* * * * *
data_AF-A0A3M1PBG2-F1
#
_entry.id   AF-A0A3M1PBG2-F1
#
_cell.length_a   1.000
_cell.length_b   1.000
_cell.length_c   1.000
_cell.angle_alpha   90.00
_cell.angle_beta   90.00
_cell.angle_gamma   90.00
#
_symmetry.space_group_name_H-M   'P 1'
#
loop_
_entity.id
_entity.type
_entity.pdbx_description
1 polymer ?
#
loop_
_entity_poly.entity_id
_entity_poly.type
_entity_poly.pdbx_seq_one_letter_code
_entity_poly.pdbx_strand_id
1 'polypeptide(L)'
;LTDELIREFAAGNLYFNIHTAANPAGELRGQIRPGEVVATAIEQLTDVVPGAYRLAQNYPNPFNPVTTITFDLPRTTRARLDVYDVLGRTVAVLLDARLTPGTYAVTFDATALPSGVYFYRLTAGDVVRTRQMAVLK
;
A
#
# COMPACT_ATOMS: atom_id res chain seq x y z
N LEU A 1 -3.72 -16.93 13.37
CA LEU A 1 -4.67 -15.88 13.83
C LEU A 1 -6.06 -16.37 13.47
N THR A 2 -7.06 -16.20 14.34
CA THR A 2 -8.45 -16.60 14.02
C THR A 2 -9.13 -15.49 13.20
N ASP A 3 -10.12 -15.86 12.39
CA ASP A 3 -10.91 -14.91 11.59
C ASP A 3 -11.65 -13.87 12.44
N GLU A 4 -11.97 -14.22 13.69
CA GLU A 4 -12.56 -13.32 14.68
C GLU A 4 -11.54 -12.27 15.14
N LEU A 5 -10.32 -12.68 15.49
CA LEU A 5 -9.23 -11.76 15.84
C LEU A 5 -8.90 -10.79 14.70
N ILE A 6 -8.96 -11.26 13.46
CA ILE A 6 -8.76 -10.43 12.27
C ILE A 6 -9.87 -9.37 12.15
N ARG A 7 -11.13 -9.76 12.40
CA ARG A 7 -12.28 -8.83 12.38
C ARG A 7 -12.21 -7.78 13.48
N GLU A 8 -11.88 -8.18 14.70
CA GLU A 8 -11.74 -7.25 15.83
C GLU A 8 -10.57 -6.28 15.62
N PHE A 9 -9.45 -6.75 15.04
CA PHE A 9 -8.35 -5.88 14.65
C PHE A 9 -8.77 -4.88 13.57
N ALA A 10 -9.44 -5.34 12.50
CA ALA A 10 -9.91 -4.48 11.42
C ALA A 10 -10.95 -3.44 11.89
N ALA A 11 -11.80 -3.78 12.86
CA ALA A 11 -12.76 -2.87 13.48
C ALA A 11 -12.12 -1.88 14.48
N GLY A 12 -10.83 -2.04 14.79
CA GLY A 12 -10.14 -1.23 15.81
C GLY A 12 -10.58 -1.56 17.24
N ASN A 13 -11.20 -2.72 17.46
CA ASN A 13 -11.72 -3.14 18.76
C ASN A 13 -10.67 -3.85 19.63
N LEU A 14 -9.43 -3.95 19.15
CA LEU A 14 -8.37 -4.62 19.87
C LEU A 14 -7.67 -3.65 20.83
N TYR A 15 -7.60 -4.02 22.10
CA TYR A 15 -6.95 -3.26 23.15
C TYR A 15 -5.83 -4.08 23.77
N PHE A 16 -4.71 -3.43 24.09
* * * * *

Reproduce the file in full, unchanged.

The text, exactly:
data_AF-A0A3M1PBG2-F1
#
_entry.id   AF-A0A3M1PBG2-F1
#
_cell.length_a   1.000
_cell.length_b   1.000
_cell.length_c   1.000
_cell.angle_alpha   90.00
_cell.angle_beta   90.00
_cell.angle_gamma   90.00
#
_symmetry.space_group_name_H-M   'P 1'
#
loop_
_entity.id
_entity.type
_entity.pdbx_description
1 polymer ?
#
loop_
_entity_poly.entity_id
_entity_poly.type
_entity_poly.pdbx_seq_one_letter_code
_entity_poly.pdbx_strand_id
1 'polypeptide(L)'
;LTDELIREFAAGNLYFNIHTAANPAGELRGQIRPGEVVATAIEQLTDVVPGAYRLAQNYPNPFNPVTTITFDLPRTTRARLDVYDVLGRTVAVLLDARLTPGTYAVTFDATALPSGVYFYRLTAGDVVRTRQMAVLK
;
A
#
# COMPACT_ATOMS: atom_id res chain seq x y z
N LEU A 1 -3.72 -16.93 13.37
CA LEU A 1 -4.67 -15.88 13.83
C LEU A 1 -6.06 -16.37 13.47
N THR A 2 -7.06 -16.20 14.34
CA THR A 2 -8.45 -16.60 14.02
C THR A 2 -9.13 -15.49 13.20
N ASP A 3 -10.12 -15.86 12.39
CA ASP A 3 -10.91 -14.91 11.59
C ASP A 3 -11.65 -13.87 12.44
N GLU A 4 -11.97 -14.22 13.69
CA GLU A 4 -12.56 -13.32 14.68
C GLU A 4 -11.54 -12.27 15.14
N LEU A 5 -10.32 -12.68 15.49
CA LEU A 5 -9.23 -11.76 15.84
C LEU A 5 -8.90 -10.79 14.70
N ILE A 6 -8.96 -11.26 13.46
CA ILE A 6 -8.76 -10.43 12.27
C ILE A 6 -9.87 -9.37 12.15
N ARG A 7 -11.13 -9.76 12.40
CA ARG A 7 -12.28 -8.83 12.38
C ARG A 7 -12.21 -7.78 13.48
N GLU A 8 -11.88 -8.18 14.70
CA GLU A 8 -11.74 -7.25 15.83
C GLU A 8 -10.57 -6.28 15.62
N PHE A 9 -9.45 -6.75 15.04
CA PHE A 9 -8.35 -5.88 14.65
C PHE A 9 -8.77 -4.88 13.57
N ALA A 10 -9.44 -5.34 12.50
CA ALA A 10 -9.91 -4.48 11.42
C ALA A 10 -10.95 -3.44 11.89
N ALA A 11 -11.80 -3.78 12.86
CA ALA A 11 -12.76 -2.87 13.48
C ALA A 11 -12.12 -1.88 14.48
N GLY A 12 -10.83 -2.04 14.79
CA GLY A 12 -10.14 -1.23 15.81
C GLY A 12 -10.58 -1.56 17.24
N ASN A 13 -11.20 -2.72 17.46
CA ASN A 13 -11.72 -3.14 18.76
C ASN A 13 -10.67 -3.85 19.63
N LEU A 14 -9.43 -3.95 19.15
CA LEU A 14 -8.37 -4.62 19.87
C LEU A 14 -7.67 -3.65 20.83
N TYR A 15 -7.60 -4.02 22.10
CA TYR A 15 -6.95 -3.26 23.15
C TYR A 15 -5.83 -4.08 23.77
N PHE A 16 -4.71 -3.43 24.09